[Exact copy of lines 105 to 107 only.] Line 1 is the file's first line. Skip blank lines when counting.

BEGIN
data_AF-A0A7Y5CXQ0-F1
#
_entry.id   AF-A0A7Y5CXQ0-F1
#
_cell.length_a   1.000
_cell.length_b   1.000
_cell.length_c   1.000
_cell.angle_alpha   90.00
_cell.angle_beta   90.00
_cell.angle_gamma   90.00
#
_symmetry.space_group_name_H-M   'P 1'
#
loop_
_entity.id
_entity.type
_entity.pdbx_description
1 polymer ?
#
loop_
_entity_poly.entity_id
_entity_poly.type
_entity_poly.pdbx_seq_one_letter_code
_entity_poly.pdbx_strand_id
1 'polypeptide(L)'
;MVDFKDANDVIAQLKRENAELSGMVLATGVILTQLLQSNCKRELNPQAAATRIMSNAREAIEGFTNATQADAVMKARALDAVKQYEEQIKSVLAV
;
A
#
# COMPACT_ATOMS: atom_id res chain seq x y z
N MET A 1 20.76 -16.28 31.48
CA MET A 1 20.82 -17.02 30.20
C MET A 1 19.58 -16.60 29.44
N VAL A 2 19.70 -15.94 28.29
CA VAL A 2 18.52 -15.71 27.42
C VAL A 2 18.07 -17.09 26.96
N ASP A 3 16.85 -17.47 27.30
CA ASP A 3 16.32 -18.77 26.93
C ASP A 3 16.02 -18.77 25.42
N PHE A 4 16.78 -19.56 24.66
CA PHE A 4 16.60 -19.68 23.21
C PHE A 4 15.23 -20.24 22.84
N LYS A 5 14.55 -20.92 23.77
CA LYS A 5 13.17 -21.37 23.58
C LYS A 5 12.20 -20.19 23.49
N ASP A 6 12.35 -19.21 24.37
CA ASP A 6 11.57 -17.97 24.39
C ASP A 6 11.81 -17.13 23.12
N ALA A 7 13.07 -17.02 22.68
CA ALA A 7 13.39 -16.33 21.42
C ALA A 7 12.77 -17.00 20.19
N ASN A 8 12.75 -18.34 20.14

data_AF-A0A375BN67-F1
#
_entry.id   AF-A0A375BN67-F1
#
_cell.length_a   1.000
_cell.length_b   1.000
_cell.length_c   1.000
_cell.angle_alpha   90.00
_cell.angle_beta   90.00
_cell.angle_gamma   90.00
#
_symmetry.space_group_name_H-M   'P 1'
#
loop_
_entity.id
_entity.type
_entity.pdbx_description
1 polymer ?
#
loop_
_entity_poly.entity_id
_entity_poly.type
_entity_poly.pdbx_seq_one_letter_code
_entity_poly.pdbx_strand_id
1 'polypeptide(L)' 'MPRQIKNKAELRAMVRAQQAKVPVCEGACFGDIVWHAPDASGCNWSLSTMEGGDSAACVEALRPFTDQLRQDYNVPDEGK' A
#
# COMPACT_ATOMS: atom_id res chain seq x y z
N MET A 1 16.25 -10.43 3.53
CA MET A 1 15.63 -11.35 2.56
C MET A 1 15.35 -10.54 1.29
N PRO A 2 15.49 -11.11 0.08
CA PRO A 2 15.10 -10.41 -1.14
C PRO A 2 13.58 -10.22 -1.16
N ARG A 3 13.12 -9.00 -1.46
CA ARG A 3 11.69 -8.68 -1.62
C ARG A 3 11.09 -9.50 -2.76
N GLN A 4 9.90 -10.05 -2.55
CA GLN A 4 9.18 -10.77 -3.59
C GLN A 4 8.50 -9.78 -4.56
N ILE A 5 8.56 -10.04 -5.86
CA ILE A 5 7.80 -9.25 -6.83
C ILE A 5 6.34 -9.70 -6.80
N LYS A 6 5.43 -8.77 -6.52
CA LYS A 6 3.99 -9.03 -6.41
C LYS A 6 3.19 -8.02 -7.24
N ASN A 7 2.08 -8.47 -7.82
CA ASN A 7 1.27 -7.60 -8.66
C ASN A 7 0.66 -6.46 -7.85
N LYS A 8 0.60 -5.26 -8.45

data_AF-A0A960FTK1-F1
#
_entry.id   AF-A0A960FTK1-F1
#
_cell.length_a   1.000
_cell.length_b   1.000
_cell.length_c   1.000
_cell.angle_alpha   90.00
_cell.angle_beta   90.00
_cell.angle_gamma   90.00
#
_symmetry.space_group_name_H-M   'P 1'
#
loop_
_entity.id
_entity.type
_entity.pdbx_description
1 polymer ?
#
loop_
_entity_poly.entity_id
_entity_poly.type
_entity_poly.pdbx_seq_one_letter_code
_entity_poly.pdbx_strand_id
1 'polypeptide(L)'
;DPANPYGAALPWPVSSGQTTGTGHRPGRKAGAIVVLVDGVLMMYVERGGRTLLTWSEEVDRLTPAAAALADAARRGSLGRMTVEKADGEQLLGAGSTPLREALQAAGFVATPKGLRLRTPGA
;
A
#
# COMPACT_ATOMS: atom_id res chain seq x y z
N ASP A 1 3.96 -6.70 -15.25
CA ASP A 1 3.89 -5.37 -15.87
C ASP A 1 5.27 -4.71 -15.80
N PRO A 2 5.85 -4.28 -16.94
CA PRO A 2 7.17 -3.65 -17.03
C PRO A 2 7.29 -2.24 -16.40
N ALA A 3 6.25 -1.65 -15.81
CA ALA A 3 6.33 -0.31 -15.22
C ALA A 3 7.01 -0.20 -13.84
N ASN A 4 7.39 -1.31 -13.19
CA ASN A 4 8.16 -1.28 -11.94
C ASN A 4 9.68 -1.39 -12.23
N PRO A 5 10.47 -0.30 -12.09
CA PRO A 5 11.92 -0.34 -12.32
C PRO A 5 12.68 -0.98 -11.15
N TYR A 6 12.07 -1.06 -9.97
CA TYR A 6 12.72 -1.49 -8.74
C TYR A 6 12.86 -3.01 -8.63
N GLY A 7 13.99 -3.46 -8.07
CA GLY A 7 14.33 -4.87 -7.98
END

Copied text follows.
#
_cell.length_a   1.000
_cell.length_b   1.000